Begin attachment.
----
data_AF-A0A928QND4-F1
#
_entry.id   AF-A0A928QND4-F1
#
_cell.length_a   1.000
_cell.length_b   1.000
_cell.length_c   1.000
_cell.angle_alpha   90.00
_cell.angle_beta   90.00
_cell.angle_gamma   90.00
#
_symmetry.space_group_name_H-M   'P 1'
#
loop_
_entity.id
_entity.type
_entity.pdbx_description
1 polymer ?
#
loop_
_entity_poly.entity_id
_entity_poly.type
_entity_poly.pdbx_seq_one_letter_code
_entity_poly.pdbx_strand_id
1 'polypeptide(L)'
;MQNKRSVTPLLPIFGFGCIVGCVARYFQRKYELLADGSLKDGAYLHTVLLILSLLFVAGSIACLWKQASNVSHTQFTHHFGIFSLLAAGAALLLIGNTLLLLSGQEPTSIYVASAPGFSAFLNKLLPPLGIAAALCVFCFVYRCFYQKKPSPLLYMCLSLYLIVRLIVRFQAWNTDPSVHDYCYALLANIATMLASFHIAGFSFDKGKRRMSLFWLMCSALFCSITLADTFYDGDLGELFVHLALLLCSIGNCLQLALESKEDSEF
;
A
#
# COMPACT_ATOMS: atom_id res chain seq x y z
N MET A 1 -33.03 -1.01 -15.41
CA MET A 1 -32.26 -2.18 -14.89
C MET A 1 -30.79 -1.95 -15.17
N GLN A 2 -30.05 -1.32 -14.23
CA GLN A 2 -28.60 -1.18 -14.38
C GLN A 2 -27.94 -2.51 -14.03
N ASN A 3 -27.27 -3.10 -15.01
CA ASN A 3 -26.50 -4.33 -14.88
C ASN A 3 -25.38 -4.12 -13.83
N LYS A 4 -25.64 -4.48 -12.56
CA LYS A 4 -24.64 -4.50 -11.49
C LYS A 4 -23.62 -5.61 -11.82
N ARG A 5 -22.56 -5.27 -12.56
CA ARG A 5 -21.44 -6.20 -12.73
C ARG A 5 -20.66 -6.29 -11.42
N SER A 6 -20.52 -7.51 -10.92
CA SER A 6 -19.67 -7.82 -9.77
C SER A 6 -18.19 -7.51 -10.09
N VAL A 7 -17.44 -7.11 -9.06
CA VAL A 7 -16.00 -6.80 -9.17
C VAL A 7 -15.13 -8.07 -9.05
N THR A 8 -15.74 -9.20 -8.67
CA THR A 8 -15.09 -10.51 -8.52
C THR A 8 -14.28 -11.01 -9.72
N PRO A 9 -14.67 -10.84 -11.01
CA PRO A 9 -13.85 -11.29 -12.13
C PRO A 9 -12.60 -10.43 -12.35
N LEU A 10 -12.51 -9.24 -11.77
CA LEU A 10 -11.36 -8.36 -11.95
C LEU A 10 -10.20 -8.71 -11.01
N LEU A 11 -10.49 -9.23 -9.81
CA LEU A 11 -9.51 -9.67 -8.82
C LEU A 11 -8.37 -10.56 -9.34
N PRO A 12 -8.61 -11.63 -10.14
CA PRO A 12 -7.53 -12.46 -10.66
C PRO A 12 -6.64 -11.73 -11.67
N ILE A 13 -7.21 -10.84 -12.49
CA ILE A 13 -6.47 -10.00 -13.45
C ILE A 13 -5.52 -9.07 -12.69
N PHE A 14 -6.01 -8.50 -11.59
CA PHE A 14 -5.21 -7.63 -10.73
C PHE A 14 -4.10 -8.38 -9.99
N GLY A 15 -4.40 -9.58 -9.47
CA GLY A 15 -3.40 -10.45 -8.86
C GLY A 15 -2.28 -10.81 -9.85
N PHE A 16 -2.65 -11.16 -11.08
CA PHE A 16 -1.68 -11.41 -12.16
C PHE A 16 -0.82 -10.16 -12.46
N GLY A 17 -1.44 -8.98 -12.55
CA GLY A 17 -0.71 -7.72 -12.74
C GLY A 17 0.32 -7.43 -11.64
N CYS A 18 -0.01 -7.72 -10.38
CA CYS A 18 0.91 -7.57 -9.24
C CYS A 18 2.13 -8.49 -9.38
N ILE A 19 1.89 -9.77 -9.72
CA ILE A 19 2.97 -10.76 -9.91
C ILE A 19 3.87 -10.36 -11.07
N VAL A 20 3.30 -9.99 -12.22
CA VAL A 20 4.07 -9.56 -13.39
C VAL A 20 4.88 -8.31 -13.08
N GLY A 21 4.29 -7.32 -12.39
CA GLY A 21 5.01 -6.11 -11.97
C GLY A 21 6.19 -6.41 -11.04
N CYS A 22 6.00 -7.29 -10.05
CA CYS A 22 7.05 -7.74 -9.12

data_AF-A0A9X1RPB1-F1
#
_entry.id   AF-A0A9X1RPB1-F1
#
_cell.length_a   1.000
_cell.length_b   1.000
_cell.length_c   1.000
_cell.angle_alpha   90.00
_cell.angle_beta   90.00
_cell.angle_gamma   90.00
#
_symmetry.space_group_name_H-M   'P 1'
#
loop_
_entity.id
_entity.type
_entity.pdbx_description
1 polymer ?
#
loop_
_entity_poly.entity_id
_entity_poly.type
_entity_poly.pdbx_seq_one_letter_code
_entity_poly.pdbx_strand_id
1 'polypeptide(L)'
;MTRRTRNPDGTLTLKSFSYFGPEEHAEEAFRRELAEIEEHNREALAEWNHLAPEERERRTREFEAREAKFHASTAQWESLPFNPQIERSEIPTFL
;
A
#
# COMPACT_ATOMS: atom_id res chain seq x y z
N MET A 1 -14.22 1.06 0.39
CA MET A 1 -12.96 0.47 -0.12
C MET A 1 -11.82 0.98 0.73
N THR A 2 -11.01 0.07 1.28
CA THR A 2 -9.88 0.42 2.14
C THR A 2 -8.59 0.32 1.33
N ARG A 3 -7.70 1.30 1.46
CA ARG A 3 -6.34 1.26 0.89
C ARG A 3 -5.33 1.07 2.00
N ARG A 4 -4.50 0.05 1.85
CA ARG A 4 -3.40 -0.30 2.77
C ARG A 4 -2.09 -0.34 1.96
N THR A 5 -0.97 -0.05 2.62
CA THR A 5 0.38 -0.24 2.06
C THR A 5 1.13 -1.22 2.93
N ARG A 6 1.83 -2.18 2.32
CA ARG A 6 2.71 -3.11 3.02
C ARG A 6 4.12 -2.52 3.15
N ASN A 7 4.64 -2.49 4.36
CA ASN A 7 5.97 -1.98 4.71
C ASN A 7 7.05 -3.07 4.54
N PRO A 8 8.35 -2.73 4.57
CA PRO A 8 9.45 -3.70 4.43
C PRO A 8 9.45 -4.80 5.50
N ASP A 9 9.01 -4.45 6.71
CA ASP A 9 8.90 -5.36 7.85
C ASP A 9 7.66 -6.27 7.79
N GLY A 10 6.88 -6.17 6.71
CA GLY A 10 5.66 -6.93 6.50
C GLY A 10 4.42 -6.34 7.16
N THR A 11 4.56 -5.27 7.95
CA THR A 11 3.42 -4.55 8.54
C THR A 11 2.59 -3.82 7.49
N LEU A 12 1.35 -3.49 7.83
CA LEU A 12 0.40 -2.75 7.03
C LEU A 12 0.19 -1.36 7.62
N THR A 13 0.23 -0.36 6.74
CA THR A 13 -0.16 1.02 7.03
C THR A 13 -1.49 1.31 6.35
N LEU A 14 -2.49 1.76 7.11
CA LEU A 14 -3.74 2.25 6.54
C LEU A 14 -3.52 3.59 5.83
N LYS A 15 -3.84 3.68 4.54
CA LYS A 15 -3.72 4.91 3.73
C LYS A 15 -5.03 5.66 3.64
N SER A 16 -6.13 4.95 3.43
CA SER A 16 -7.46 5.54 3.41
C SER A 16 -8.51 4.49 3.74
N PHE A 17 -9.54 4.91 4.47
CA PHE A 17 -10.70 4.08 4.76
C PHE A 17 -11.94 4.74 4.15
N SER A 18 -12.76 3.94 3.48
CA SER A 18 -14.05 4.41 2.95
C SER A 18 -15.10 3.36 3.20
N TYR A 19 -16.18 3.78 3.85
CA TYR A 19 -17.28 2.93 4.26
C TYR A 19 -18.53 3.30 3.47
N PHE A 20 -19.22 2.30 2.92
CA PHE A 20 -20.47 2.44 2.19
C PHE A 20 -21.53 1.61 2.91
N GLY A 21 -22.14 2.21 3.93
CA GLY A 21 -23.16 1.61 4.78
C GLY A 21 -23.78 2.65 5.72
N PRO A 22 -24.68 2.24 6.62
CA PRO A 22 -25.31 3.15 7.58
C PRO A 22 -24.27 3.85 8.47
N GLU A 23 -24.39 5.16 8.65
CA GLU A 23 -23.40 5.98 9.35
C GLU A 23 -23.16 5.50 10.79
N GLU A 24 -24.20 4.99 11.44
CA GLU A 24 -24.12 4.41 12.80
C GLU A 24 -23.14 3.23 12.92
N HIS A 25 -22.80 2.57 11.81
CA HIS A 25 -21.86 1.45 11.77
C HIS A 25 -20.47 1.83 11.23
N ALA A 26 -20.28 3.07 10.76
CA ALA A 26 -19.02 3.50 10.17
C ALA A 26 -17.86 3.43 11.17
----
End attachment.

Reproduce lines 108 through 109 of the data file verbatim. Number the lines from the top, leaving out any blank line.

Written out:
#
loop_